Friday, January 11, 2008

Collecting the Super Nintendo

I love video games and my system of choice is the Super Nintendo Entertainment System (SNES.) The SNES is considered a retro system since it dates back to the early 90's, which would seem to peg me as a retro gamer. This is true I suppose, in practice, but in theory I'm somewhere between the retro and modern gaming camps. A little on each of these groups:

Retro gamers will probably tell you that the peak of gaming arrived sometime in the mid to early 90's with the NES, SNES, Genesis, and the like. The quality and variety of games especially on the SNES is unparalleled. To some this era really seems the golden age of video games. They would say that modern games are simply pushing graphics and sound to more realism and not actually producing better overall gaming experiences.

Modern gamers will point to weak and simple graphics and sound of the older systems and ask how games with such obviously inferior audio and video could possibly compare to the realism of modern games. They'll point to the awesome computing power of modern consoles and the complexity they allow modern games to utilize fully rendered 3-d environments. The Metal Gear Solid, Halo, Grand Theft Auto, and Grand Turismo series and many many more showcase all the new mechanics and game design that set these new systems apart from the retro consoles.

I fall somewhere between these two camps. Although I don't own any systems newer than the N64 (and I don't even play that one), this is more a function of economics than a value judgement about retro vs. modern gaming. To always have the latest several hundred dollar systems and to buy the new games is an immense financial commitment, one far more economically draining than I (or my wife) would allow. In contrast, the SNES can be bought online for $40, many games can be found for $5 and the vast majority of great games can be found for somewhere between $5 and $20. (Some few rare and immensely popular games such as Earthbound, Chrono Trigger, Mega Man X3, Ninja Gaiden Trilogy, and the like can hit $60, but these are only a select few.) While there are no new SNES games being published today, there is a huge catalog of games in existence with many great titles in every genre. A fabulous collection of the system and say 20 or 30 highly playable games could be had for several hundred dollars. This amount will probably buy you a next gen system and nothing else. Although I wont go so far as to say the SNES titles are better than the new games, I certainly believe they are equals, only different stylistically.

So, on to my collection, which is comprised of a solid core of games although it has a very long way to go before I'll be satisfied with its contents. The core of my collection, those classics and excellent games with high replay value, is as follows:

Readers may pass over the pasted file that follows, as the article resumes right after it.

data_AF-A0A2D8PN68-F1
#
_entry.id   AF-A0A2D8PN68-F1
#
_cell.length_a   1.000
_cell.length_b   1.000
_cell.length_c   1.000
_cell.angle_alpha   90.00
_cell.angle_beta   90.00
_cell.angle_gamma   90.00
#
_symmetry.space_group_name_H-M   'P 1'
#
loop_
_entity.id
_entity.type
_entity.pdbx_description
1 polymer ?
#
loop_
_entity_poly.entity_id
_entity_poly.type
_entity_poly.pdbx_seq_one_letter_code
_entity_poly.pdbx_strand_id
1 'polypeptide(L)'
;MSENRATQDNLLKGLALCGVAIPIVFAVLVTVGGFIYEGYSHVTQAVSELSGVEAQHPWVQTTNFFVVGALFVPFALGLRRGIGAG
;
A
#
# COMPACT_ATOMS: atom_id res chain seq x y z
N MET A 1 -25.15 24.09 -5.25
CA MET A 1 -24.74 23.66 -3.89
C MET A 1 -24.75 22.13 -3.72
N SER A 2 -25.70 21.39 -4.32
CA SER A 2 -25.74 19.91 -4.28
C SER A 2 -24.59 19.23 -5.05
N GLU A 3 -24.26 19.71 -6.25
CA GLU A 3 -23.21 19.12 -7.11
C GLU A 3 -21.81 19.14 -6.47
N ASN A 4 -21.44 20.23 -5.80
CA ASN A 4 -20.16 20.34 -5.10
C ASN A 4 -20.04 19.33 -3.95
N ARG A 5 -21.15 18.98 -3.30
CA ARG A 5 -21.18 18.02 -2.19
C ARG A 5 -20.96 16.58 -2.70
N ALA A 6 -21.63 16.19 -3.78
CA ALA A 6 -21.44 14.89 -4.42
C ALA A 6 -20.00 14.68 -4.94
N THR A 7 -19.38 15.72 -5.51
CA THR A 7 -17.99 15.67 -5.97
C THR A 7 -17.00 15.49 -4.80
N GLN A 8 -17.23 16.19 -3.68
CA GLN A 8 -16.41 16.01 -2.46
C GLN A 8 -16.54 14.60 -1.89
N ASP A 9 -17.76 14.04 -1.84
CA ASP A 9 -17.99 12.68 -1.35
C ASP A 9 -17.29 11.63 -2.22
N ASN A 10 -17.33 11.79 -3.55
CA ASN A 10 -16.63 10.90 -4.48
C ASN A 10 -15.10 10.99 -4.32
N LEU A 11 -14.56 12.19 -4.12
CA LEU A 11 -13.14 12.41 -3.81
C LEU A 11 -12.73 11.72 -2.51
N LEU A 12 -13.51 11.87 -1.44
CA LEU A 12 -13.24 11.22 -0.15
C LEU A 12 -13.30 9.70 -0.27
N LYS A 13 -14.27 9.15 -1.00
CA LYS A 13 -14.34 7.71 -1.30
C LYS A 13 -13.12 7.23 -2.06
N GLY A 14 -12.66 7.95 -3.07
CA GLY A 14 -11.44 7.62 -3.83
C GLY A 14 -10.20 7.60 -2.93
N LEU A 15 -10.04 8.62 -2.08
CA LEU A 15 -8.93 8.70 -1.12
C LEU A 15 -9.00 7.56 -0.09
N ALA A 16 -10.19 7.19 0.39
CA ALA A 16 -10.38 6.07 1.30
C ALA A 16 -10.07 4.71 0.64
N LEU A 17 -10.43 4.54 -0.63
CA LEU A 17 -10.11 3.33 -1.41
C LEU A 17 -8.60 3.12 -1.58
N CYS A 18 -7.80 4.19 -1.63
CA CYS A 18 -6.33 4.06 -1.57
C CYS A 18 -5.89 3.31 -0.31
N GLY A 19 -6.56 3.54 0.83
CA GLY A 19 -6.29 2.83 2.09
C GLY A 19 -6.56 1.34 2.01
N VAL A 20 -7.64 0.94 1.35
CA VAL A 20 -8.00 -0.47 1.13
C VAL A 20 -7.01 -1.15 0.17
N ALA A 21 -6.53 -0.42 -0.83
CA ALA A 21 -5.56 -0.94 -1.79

My Core SNES Games:

Super Mario World, SMW2: Yoshi's Island, Super Mario Kart, Earthbound, Super Castlevania IV, Super Punch Out, Uniracers, Rock and Roll Racing, Super Bomberman 1 & 2, Donkey Kong Country 3, Zelda III, Street Fighter 2, Kirby's Avalanche, UN Squadron, Gradius III, Super R-Type, Super Ghouls & Ghosts

I also have a bunch of games that I either don't care for very much or I simply haven't had time to play very much as of yet:

Generic &/or Mediocre Games:

Jack Nicklaus Golf, Monopoly, Congo's Caper, Nickelodeon Guts, Barbie Super Model (Don't ask), Clayfighter, Drakken, Harley's Humongous Adventure, Batman Forever, Pink Goes to Hollywood, Mario's Time Machine, Super Off-Road, Mrs. Pac-man, Pac-man 2, X-men Mutant Apocalypse, NHL Stanley Cup, Mario Paint, Wheel of Fortune, Illusion of Gaia, Buster Busts Loose (Tiny Toons), Super Adventure Island, Ken Griffey Jr. presents MLB

I needed to order an extra RF switch for the SNES to complete a second system I own (that I'll be selling on Ebay) and a couple of other items like a SNES cleaning kit, and I tagged on a couple of dirt cheap classics to add to my collection: F-Zero and Star Fox. Some other games I'd like to add to my collection rather soon:

Games Needed To Round Out My Collection:

Super Metroid, Super Contra III, Final Fantasy 2 & 3, Chrono Trigger, Mega Man X (or its sequels), NHL '94, NBA Jam, NBA Live '96, Super Mario RPG, Harvest Moon, Donkey Kong Country 1 & 2, another fighting game like Mortal Combat or Killer Instinct, Kirby Super Star, Super Mario All-Stars, EVO: Search for Eden, Breath of Fire 1 & 2, Secret of Mana, Lufia II, Ogre Battle, a good football game.

I'm sure there are many more that I'd like, but those are the ones coming to mind this moment. If you are interested in video games but can't afford the major expense of keeping up with the new systems, or if you simply have a soft spot for the old SNES games, you should get out there and start collecting! You'll be glad you did.

My only other SNES content on Splitting Eights so far is this review of perhaps my favorite video game of all time and almost certainly the best 4 player game ever: Super Bomberman.


lloydmeetsgirl said...

I also fall in the middle of SNES and current gaming, for most of the same reasons listed in this blog. Suprisingly, you failed to note what I feel is the strongest feature of the SNES - the controller. Today's controllers ask you you perform 20 functions at once - not only do you need 2 joysticks, but 6 buttons, double L & R's and, the most recent addition, movement. I'll take a single directional pad, XYAB, L & R, and start and select any day.
P.s. I think Super Mario All-Stars needs to top your list. Not as good as Mario Kart, but definately up there.

The Mrs. said...

Hey -- get posting again Mr.
You are up at what, 5:00 in the morning?

lloydmeetsgirl said...
I would have liked to post this in black peppercorn, but I don't have a sign in.

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